By Ian Neubauer
The hostility that arose in the wake of InBev’s failed attempt to acquire US brewing giant Anheuser-Busch (A-B) for $47.5billion has simmered after the Belgian brewer upped it offer by more than $3billion.
Tensions flared after A-B, maker of the Budweiser family of beers, rejected InBev’s offer a fortnight ago, stating it was inadequate and not in the best interest of shareholders.
InBev reacted by seeking to replace A-B’s existing board of directors with hand-picked nominees, while the US brewer counter-reacted by drawing attention to InBev’s partnership with the blacklisted Cuban government and its brewing business there.
However, speculation that the salvos lacked substance and A-H’s board was simply playing the Europeans for a higher offer gained traction over the weekend after InBev lifted its offer from $67.24 to $72.41 per share.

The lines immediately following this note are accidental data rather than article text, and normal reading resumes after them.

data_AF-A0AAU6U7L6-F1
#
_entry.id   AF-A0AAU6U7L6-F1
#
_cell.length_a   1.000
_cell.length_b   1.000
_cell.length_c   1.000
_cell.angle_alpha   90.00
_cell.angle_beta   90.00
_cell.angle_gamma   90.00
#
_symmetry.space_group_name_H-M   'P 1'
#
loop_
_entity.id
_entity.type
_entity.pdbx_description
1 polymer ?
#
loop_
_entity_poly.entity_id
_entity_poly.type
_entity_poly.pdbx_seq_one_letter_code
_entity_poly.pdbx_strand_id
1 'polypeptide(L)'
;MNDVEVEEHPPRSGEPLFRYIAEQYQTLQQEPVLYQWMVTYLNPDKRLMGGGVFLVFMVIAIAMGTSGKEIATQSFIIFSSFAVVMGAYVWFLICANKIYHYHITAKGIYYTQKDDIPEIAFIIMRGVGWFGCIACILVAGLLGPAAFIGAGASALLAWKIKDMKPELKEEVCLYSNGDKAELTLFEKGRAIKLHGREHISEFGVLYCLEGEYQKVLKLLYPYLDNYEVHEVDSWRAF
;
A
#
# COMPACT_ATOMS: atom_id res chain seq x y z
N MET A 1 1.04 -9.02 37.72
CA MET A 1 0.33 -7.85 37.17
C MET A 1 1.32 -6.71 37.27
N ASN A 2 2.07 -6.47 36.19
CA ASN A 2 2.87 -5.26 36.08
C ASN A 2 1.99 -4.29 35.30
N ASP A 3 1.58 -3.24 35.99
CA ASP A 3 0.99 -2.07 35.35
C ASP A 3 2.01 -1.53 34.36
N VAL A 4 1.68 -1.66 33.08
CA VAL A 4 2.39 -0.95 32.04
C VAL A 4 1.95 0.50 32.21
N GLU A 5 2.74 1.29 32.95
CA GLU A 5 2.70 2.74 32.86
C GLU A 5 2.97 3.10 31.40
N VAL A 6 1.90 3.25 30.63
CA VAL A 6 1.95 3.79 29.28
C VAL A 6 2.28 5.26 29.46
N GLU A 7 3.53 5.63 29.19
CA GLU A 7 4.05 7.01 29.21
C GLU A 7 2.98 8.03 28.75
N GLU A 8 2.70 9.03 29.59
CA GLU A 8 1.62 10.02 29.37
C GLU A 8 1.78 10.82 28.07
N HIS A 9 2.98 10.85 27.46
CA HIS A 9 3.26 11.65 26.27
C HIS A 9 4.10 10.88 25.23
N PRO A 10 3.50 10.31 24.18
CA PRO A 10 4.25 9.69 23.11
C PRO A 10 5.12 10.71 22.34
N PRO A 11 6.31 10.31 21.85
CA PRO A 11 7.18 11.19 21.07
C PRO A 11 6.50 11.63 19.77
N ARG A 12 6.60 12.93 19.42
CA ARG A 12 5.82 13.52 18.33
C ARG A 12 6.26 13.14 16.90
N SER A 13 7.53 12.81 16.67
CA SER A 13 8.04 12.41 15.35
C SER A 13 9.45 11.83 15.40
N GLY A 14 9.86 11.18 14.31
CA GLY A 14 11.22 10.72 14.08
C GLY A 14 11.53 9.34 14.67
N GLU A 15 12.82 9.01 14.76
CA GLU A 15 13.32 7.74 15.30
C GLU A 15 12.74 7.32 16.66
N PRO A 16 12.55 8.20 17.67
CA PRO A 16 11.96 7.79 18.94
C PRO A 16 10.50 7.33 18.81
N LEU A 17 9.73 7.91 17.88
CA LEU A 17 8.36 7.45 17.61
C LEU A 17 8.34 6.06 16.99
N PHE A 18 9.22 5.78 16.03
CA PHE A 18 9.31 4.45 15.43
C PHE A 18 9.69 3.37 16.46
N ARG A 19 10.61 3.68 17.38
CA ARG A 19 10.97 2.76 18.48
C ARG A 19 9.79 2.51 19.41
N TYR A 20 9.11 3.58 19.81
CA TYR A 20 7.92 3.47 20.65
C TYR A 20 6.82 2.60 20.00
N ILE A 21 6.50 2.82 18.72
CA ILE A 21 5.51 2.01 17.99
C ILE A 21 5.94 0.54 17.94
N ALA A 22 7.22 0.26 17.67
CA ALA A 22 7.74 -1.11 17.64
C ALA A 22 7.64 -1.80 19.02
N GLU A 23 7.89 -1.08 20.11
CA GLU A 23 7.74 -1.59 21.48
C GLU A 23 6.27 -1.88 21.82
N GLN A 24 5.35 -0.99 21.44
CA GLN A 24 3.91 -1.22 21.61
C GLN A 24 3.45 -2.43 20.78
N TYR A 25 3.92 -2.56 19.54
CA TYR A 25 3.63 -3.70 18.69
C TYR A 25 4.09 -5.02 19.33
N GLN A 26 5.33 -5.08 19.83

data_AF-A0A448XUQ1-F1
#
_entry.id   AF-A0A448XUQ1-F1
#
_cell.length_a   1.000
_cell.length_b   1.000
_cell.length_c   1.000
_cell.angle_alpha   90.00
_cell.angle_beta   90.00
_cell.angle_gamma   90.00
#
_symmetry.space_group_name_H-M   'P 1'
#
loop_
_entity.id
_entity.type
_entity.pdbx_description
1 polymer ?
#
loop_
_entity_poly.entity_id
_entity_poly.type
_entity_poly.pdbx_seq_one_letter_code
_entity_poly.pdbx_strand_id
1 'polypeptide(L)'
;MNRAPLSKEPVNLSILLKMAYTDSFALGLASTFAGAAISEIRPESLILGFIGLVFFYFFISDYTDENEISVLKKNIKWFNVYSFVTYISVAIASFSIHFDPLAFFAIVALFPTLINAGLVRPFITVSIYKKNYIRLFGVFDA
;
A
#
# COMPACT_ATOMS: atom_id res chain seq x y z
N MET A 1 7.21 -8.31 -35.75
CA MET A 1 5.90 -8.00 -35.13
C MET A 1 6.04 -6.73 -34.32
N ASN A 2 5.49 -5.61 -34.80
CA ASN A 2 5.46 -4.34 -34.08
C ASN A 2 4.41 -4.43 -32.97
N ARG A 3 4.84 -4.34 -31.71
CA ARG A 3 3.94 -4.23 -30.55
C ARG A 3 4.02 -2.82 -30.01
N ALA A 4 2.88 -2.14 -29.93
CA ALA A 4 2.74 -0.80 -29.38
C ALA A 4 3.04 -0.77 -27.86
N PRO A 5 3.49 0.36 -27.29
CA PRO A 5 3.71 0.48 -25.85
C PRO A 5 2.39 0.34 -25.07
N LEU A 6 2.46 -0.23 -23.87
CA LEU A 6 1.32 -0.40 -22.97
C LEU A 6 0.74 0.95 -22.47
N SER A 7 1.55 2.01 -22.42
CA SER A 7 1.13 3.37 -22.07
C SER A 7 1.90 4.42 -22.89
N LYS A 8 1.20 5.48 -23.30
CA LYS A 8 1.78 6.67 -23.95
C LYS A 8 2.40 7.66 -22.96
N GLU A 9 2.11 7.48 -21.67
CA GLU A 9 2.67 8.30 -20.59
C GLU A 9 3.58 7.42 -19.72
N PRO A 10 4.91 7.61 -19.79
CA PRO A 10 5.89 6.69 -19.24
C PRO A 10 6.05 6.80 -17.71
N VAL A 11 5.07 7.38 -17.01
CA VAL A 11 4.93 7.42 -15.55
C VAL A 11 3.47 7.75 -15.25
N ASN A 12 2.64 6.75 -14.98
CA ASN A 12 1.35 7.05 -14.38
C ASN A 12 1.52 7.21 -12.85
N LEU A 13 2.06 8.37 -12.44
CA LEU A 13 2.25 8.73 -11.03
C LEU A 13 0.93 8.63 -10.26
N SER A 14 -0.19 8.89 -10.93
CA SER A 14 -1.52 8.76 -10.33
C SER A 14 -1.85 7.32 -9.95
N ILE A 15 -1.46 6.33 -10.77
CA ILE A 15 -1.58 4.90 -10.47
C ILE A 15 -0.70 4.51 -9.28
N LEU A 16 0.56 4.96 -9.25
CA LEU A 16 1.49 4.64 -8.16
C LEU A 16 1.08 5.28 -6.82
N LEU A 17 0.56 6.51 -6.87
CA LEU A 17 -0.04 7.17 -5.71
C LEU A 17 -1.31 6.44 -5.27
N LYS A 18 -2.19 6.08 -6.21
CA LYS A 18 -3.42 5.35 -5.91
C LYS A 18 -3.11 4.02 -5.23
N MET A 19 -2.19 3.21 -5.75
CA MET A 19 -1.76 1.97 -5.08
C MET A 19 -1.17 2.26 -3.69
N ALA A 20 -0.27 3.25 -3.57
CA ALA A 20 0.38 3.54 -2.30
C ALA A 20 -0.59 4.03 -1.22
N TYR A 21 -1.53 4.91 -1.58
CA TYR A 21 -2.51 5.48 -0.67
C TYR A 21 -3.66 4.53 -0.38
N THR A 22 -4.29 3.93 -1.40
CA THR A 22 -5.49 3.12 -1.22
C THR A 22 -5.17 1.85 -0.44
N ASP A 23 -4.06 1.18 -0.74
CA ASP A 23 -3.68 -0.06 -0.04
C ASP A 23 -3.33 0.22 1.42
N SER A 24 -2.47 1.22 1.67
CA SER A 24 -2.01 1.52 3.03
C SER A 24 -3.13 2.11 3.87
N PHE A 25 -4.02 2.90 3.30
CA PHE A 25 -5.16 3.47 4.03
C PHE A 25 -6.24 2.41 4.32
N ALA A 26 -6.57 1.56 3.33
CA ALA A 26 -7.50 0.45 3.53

A-B has now agreed for the first time to hold direct talks with InBev, with a deal expected to materialise in the near future.
A successful takeover will make InBev the largest brewing consortium in the world and knock London-based SABMiller from the number one spot.
It could also urge either one of the giants to make a play on Foster’s brewing business, which has been touted as an attractive target for a hostile takeover following speculation Foster’s might liquidate its poorly performing wine assets.